Inheritance



[in-her-i-tuh ns] /ɪnˈhɛr ɪ təns/

noun
1.
something that is or may be ; property passing at the owner’s death to the heir or those entitled to succeed; legacy.
2.
the genetic characters transmitted from parent to offspring, taken collectively.
3.
something, as a quality, characteristic, or other immaterial possession, received from progenitors or predecessors as if by succession:
an inheritance of family pride.
4.
the act or fact of by succession, as if by succession, or genetically:
to receive property by inheritance.
5.
portion; birthright; heritage:
Absolute rule was considered the inheritance of kings.
6.
Obsolete. right of possession; ownership.
/ɪnˈhɛrɪtəns/
noun
1.
(law)

2.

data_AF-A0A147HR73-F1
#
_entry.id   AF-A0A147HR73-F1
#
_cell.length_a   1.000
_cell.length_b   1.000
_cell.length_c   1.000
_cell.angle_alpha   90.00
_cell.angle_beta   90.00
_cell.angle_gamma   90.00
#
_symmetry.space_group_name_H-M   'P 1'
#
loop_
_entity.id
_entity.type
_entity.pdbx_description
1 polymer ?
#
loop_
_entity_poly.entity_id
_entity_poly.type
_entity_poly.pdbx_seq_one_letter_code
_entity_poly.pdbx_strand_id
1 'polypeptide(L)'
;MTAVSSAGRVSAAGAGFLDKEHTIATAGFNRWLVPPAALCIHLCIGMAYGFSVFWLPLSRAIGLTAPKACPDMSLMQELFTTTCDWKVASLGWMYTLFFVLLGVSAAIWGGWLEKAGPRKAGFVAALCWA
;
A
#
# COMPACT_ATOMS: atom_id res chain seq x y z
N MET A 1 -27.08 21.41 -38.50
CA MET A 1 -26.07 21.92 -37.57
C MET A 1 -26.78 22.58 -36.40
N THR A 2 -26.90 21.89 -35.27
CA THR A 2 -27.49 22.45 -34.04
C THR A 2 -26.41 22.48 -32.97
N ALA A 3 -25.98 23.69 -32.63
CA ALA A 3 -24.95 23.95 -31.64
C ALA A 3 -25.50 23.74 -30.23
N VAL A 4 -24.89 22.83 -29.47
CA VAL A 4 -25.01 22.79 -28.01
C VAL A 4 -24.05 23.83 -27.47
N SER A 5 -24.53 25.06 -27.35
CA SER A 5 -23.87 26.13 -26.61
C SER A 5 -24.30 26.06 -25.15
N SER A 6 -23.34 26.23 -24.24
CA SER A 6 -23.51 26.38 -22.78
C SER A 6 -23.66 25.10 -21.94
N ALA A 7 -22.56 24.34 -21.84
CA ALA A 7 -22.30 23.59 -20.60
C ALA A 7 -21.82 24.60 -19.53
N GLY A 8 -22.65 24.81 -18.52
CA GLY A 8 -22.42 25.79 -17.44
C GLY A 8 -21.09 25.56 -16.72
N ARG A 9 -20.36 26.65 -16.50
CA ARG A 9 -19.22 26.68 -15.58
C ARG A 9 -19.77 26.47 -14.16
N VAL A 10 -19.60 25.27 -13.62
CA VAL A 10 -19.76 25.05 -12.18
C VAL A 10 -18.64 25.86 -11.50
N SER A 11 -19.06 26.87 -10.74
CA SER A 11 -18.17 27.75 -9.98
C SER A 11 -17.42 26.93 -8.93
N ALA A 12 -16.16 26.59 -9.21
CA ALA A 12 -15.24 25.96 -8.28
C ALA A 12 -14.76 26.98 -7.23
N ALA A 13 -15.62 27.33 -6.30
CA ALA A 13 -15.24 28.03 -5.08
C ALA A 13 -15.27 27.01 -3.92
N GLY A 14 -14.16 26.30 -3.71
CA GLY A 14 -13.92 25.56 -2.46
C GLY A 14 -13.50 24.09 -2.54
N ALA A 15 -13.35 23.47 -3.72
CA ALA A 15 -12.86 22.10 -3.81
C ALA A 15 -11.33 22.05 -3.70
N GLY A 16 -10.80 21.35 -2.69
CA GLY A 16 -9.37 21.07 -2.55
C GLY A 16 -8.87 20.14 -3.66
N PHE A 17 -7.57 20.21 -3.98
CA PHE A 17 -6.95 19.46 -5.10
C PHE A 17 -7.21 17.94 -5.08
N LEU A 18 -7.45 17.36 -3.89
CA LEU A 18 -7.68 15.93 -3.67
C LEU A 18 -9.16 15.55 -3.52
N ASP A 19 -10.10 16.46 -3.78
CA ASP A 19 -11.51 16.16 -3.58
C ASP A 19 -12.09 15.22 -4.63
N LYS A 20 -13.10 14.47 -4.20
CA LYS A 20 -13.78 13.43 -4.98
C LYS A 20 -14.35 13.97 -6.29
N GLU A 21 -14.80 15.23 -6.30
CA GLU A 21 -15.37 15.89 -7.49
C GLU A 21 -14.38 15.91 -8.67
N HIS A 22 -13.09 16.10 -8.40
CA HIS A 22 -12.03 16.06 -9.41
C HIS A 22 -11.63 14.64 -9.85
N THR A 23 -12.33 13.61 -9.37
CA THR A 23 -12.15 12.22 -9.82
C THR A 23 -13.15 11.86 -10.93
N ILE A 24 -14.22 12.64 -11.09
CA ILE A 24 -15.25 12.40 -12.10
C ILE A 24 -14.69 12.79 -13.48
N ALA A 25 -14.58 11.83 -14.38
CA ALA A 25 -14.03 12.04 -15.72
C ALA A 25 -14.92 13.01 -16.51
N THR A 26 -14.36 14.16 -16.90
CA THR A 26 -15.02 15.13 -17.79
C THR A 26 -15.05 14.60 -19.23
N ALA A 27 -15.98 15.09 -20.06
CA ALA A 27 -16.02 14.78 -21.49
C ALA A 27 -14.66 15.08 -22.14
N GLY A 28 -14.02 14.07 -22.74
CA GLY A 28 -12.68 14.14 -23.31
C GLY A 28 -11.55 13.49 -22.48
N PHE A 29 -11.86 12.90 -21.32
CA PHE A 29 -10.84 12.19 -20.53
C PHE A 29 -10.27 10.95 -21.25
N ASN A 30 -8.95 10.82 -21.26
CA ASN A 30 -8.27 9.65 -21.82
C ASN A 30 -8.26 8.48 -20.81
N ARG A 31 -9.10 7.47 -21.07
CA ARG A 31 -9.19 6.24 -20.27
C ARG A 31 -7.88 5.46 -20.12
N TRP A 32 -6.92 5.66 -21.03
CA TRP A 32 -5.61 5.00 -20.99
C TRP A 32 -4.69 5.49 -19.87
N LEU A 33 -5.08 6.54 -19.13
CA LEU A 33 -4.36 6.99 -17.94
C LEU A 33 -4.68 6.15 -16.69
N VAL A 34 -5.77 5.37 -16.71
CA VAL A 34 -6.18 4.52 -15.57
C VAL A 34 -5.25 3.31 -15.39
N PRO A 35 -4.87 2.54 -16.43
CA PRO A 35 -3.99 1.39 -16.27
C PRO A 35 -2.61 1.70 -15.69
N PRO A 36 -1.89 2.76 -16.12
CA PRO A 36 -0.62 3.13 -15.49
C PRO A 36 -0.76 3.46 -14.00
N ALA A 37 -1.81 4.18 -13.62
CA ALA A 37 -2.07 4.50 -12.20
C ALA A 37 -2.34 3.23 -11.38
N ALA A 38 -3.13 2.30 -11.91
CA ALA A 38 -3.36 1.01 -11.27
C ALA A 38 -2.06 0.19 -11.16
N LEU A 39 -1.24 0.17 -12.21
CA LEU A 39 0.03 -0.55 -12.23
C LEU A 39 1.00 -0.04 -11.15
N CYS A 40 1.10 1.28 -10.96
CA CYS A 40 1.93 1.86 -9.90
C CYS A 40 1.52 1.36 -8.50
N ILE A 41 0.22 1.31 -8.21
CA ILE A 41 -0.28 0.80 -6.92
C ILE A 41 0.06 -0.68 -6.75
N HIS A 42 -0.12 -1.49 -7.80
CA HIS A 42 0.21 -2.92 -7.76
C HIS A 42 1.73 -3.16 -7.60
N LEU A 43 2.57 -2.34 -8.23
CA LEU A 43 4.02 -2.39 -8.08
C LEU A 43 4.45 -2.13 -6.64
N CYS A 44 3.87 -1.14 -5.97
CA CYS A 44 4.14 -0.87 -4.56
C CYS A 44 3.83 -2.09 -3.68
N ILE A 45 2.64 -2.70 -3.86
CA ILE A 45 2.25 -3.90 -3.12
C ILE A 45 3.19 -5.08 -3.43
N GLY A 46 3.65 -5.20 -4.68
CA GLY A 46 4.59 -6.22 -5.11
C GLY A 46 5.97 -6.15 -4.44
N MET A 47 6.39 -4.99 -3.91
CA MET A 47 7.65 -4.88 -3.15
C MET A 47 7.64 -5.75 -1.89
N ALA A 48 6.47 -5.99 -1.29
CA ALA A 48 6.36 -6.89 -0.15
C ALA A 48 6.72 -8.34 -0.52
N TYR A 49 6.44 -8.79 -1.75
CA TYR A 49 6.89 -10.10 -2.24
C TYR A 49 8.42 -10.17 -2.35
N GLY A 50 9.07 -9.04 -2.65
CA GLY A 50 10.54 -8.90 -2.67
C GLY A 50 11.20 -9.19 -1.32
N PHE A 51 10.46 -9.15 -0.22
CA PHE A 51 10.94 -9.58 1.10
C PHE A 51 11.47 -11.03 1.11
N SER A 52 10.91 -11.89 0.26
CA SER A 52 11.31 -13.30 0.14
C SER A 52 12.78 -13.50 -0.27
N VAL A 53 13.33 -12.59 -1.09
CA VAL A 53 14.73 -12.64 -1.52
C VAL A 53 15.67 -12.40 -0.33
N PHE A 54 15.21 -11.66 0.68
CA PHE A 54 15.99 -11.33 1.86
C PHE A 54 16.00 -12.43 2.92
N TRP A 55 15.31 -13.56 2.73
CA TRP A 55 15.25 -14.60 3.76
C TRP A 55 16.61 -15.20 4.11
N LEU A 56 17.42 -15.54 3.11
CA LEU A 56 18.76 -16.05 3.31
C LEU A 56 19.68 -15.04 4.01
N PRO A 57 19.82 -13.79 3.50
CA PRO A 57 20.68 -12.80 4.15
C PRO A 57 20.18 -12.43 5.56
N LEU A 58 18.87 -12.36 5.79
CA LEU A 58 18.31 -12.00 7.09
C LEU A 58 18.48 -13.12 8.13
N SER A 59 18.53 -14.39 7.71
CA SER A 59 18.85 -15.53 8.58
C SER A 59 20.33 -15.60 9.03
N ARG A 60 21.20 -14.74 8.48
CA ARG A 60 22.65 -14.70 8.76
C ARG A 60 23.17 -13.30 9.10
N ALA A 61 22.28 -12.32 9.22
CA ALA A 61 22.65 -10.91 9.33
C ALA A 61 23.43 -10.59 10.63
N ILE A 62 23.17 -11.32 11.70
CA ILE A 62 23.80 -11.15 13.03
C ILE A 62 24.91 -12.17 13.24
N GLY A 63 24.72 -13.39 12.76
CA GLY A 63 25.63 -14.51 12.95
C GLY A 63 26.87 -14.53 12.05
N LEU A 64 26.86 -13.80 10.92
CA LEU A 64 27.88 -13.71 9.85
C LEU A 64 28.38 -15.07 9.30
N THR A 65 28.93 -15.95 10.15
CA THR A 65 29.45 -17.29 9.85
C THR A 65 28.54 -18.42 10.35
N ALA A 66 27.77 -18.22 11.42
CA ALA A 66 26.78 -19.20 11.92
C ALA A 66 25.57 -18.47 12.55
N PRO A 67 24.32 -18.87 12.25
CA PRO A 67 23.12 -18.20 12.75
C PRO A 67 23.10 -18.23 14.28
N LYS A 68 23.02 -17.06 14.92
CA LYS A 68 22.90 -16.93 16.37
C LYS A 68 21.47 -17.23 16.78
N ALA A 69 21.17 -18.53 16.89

the act of inheriting
3.
something inherited; heritage
4.
the derivation of characteristics of one generation from an earlier one by heredity
5.
(obsolete) hereditary rights
n.

late 14c., enheritaunce “fact of receiving by hereditary succession;” early 15c. as “that which is inherited,” from Anglo-French enheritance, Old French enheritaunce, from enheriter (see inherit). Heritance “act of inheriting” is from mid-15c.

inheritance in·her·i·tance (ĭn-hěr’ĭ-təns)
n.

inheritance
(ĭn-hěr’ĭ-təns)
The process by which traits or characteristics pass from parents to offspring through the genes.
programming, object-oriented
In object-oriented programming, the ability to derive new classes from existing classes. A derived class (or “subclass”) inherits the instance variables and methods of the “base class” (or “superclass”), and may add new instance variables and methods. New methods may be defined with the same names as those in the base class, in which case they override the original one.
For example, bytes might belong to the class of integers for which an add method might be defined. The byte class would inherit the add method from the integer class.
See also Liskov substitution principle, multiple inheritance.
(2000-10-10)

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